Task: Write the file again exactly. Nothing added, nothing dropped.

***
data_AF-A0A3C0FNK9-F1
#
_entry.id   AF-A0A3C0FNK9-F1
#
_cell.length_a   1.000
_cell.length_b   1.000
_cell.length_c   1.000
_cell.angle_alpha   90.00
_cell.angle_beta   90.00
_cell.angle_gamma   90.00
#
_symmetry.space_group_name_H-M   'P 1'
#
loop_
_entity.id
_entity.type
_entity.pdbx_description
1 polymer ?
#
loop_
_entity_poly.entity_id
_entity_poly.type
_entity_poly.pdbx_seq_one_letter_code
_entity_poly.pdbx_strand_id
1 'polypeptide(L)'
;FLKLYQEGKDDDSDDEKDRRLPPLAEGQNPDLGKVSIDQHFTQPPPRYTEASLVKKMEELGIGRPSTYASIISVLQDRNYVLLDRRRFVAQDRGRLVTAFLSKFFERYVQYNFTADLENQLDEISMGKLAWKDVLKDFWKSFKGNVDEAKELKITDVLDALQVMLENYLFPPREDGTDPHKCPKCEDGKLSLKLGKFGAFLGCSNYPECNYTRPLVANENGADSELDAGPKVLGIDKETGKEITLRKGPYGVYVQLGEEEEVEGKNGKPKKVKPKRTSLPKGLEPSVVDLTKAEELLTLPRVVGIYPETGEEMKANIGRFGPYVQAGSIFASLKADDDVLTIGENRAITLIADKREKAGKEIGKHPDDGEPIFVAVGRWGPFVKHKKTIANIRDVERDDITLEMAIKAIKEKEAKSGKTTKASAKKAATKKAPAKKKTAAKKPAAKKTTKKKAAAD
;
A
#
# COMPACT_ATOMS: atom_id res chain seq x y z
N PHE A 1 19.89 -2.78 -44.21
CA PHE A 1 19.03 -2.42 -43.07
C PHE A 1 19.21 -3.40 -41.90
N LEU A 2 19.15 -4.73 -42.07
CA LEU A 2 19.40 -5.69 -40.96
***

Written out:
data_AF-A0A3C0FNK9-F1
#
_entry.id   AF-A0A3C0FNK9-F1
#
_cell.length_a   1.000
_cell.length_b   1.000
_cell.length_c   1.000
_cell.angle_alpha   90.00
_cell.angle_beta   90.00
_cell.angle_gamma   90.00
#
_symmetry.space_group_name_H-M   'P 1'
#
loop_
_entity.id
_entity.type
_entity.pdbx_description
1 polymer ?
#
loop_
_entity_poly.entity_id
_entity_poly.type
_entity_poly.pdbx_seq_one_letter_code
_entity_poly.pdbx_strand_id
1 'polypeptide(L)'
;FLKLYQEGKDDDSDDEKDRRLPPLAEGQNPDLGKVSIDQHFTQPPPRYTEASLVKKMEELGIGRPSTYASIISVLQDRNYVLLDRRRFVAQDRGRLVTAFLSKFFERYVQYNFTADLENQLDEISMGKLAWKDVLKDFWKSFKGNVDEAKELKITDVLDALQVMLENYLFPPREDGTDPHKCPKCEDGKLSLKLGKFGAFLGCSNYPECNYTRPLVANENGADSELDAGPKVLGIDKETGKEITLRKGPYGVYVQLGEEEEVEGKNGKPKKVKPKRTSLPKGLEPSVVDLTKAEELLTLPRVVGIYPETGEEMKANIGRFGPYVQAGSIFASLKADDDVLTIGENRAITLIADKREKAGKEIGKHPDDGEPIFVAVGRWGPFVKHKKTIANIRDVERDDITLEMAIKAIKEKEAKSGKTTKASAKKAATKKAPAKKKTAAKKPAAKKTTKKKAAAD
;
A
#
# COMPACT_ATOMS: atom_id res chain seq x y z
N PHE A 1 19.89 -2.78 -44.21
CA PHE A 1 19.03 -2.42 -43.07
C PHE A 1 19.21 -3.40 -41.90
N LEU A 2 19.15 -4.73 -42.07
CA LEU A 2 19.40 -5.69 -40.96